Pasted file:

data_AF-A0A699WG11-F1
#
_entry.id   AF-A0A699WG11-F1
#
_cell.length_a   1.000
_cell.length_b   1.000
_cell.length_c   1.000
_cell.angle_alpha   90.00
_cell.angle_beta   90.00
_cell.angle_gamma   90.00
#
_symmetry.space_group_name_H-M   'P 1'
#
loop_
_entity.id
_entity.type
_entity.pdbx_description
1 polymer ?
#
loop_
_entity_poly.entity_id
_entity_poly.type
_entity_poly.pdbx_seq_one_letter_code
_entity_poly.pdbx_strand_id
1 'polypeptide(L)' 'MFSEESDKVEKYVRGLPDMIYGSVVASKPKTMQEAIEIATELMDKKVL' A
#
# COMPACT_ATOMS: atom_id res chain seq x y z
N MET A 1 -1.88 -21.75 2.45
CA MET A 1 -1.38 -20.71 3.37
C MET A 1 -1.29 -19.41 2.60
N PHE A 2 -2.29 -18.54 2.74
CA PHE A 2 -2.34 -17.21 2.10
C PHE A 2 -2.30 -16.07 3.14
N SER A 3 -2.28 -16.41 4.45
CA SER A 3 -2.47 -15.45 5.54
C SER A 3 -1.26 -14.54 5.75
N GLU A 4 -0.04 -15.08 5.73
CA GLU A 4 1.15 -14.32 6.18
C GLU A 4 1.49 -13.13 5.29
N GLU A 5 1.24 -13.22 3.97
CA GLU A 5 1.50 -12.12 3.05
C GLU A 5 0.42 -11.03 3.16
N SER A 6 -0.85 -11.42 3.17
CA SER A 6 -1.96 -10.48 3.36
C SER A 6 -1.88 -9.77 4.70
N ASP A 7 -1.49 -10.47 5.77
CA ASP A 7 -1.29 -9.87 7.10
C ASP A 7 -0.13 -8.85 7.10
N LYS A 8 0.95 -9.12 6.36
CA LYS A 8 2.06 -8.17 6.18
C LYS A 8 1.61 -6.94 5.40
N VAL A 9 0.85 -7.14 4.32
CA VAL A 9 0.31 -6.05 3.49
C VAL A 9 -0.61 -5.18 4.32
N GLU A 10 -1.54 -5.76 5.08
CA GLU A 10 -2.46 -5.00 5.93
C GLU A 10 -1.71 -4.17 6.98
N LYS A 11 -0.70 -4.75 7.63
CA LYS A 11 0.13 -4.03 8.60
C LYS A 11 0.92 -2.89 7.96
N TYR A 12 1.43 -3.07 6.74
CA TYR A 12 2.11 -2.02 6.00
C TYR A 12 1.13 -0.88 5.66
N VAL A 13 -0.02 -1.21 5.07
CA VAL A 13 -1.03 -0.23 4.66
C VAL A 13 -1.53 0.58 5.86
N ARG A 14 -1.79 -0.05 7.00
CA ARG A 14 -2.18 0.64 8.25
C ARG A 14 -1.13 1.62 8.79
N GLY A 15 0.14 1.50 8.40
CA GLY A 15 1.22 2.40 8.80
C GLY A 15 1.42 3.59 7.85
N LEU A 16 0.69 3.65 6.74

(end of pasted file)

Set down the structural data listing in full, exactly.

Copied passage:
data_AF-A0A699WG11-F1
#
_entry.id   AF-A0A699WG11-F1
#
_cell.length_a   1.000
_cell.length_b   1.000
_cell.length_c   1.000
_cell.angle_alpha   90.00
_cell.angle_beta   90.00
_cell.angle_gamma   90.00
#
_symmetry.space_group_name_H-M   'P 1'
#
loop_
_entity.id
_entity.type
_entity.pdbx_description
1 polymer ?
#
loop_
_entity_poly.entity_id
_entity_poly.type
_entity_poly.pdbx_seq_one_letter_code
_entity_poly.pdbx_strand_id
1 'polypeptide(L)' 'MFSEESDKVEKYVRGLPDMIYGSVVASKPKTMQEAIEIATELMDKKVL' A
#
# COMPACT_ATOMS: atom_id res chain seq x y z
N MET A 1 -1.88 -21.75 2.45
CA MET A 1 -1.38 -20.71 3.37
C MET A 1 -1.29 -19.41 2.60
N PHE A 2 -2.29 -18.54 2.74
CA PHE A 2 -2.34 -17.21 2.10
C PHE A 2 -2.30 -16.07 3.14
N SER A 3 -2.28 -16.41 4.45
CA SER A 3 -2.47 -15.45 5.54
C SER A 3 -1.26 -14.54 5.75
N GLU A 4 -0.04 -15.08 5.73
CA GLU A 4 1.15 -14.32 6.18
C GLU A 4 1.49 -13.13 5.29
N GLU A 5 1.24 -13.22 3.97
CA GLU A 5 1.50 -12.12 3.05
C GLU A 5 0.42 -11.03 3.16
N SER A 6 -0.85 -11.42 3.17
CA SER A 6 -1.96 -10.48 3.36
C SER A 6 -1.88 -9.77 4.70
N ASP A 7 -1.49 -10.47 5.77
CA ASP A 7 -1.29 -9.87 7.10
C ASP A 7 -0.13 -8.85 7.10
N LYS A 8 0.95 -9.12 6.36
CA LYS A 8 2.06 -8.17 6.18
C LYS A 8 1.61 -6.94 5.40
N VAL A 9 0.85 -7.14 4.32
CA VAL A 9 0.31 -6.05 3.49
C VAL A 9 -0.61 -5.18 4.32
N GLU A 10 -1.54 -5.76 5.08
CA GLU A 10 -2.46 -5.00 5.93
C GLU A 10 -1.71 -4.17 6.98
N LYS A 11 -0.70 -4.75 7.63
CA LYS A 11 0.13 -4.03 8.60
C LYS A 11 0.92 -2.89 7.96
N TYR A 12 1.43 -3.07 6.74
CA TYR A 12 2.11 -2.02 6.00
C TYR A 12 1.13 -0.88 5.66
N VAL A 13 -0.02 -1.21 5.07
CA VAL A 13 -1.03 -0.23 4.66
C VAL A 13 -1.53 0.58 5.86
N ARG A 14 -1.79 -0.05 7.00
CA ARG A 14 -2.18 0.64 8.25
C ARG A 14 -1.13 1.62 8.79
N GLY A 15 0.14 1.50 8.40
CA GLY A 15 1.22 2.40 8.80
C GLY A 15 1.42 3.59 7.85
N LEU A 16 0.69 3.65 6.74